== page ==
Regulation of plant growth by cytokinin

These results suggest that cytokinins are an important regulatory factor of plant meristem activity and morphogenesis, with opposing roles in shoots and roots

T. Werner; V. Motyka; M. Strnad; T. Schmulling

2002

Scholarcy highlights

  • The manipulation of cytokinin oxidase gene expression could partially overcome the lack of cytokinin biosynthetic mutants and might be used as a powerful tool to study the relevance of iP- and Z-type cytokinins during the whole life cycle of higher plants
  • We report the cloning of four putative CKX genes from Arabidopsis thaliana and the results of their systemic overexpression in transgenic tobacco plants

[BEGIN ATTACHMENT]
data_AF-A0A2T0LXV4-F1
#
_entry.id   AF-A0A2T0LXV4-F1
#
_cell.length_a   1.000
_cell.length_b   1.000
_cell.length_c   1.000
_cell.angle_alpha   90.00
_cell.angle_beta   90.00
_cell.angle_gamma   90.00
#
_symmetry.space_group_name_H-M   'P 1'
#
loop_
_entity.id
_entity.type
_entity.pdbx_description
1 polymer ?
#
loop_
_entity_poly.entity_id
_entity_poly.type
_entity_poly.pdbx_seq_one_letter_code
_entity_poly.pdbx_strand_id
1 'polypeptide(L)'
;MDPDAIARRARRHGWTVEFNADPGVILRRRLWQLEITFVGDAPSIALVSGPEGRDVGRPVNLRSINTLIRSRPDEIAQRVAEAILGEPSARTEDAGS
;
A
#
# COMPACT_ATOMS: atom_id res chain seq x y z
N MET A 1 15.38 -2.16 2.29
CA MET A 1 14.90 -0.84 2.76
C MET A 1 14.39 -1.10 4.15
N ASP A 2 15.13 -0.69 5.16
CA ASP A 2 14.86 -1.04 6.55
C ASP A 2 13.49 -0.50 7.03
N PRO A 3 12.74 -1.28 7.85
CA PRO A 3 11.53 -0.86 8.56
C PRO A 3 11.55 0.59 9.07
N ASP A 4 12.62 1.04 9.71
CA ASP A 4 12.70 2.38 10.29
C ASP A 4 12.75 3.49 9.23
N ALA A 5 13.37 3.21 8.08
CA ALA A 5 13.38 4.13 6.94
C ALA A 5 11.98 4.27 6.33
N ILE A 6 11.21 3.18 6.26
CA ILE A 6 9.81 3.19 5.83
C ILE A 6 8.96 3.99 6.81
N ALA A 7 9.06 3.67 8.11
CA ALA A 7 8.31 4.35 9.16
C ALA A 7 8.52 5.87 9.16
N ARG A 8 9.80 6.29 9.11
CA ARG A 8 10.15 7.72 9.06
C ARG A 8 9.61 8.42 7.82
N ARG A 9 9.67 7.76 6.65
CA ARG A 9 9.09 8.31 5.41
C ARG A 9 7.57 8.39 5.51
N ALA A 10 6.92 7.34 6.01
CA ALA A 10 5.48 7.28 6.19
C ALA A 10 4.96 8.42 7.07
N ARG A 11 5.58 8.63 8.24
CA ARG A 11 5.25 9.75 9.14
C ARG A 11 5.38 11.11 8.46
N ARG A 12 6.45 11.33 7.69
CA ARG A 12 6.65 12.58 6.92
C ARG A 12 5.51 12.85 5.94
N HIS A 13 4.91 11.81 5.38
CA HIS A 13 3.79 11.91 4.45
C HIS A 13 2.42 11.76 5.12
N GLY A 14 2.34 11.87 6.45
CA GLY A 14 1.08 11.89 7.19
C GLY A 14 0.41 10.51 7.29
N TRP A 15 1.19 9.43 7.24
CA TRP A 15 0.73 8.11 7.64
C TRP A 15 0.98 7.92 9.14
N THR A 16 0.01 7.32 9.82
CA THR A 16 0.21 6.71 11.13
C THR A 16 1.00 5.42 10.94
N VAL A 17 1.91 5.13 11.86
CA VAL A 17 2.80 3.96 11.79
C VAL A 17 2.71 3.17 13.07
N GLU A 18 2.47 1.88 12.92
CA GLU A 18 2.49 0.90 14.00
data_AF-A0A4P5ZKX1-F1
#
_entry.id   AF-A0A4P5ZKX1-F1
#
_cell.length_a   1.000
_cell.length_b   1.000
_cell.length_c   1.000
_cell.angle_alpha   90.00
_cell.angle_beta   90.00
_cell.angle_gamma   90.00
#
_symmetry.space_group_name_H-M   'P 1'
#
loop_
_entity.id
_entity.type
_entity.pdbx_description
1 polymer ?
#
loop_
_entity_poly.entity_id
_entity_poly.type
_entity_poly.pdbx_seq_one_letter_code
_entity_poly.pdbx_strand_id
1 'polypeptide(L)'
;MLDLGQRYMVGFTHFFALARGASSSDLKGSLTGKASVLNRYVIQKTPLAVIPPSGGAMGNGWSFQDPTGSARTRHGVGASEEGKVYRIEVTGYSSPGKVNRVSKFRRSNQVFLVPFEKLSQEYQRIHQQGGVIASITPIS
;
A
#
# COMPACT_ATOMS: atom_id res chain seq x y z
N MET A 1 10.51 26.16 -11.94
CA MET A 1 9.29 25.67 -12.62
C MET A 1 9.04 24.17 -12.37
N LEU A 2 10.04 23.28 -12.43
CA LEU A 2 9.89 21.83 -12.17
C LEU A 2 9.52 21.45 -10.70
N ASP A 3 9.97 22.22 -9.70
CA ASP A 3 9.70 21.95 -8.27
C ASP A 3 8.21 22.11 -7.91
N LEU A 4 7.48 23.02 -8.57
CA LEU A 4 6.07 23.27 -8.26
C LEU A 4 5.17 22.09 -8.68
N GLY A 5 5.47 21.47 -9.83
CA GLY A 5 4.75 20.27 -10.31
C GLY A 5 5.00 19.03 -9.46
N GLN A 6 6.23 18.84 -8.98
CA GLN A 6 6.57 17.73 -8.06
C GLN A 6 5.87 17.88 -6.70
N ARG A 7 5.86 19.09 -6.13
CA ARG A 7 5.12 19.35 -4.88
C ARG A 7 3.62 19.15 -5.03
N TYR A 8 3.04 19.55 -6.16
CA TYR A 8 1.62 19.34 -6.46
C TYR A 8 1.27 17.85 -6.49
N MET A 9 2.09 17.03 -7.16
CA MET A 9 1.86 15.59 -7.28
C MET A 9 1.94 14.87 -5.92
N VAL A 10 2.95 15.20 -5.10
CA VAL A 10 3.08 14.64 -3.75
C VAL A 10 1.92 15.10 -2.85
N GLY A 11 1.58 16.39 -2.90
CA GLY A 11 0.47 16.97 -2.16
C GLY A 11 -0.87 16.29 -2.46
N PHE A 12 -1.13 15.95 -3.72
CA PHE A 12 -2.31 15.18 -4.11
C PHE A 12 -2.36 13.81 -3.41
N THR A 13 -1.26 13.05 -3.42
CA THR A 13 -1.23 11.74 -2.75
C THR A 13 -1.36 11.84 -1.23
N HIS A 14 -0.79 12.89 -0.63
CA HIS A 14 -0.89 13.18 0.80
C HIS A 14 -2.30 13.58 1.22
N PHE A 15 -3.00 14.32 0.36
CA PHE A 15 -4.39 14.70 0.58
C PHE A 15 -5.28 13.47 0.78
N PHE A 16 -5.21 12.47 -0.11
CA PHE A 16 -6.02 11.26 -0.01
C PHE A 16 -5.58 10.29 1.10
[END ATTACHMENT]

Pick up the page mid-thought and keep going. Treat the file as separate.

• The SAM of AtCKX1 transgenic plants was smaller than in wild-type plants and fewer cells occupied the space between the central zone and the peripheral zone of lateral organ formation, but the cells were of the same size and no obvious changes of the differentiation pattern occurred
  • Earlier work has shown that in unorganized growing cells, cytokinins induce the formation of shoot meristems, demonstrating that they have a function beyond maintaining the cell cycle
  • Enhanced root growth led to a 60% increase in root dry weight in transgenic plants grown in hydroponic solution
  • The reduced activity of the SAM could be the cause of the incomplete apical dominance, which was noted in transgenic plants, as the amount of auxin produced for the maintenance of apical dominance might be lowered
  • The expression of AtCKX genes in regions of active growth is consistent with the proposed function in cycling cells

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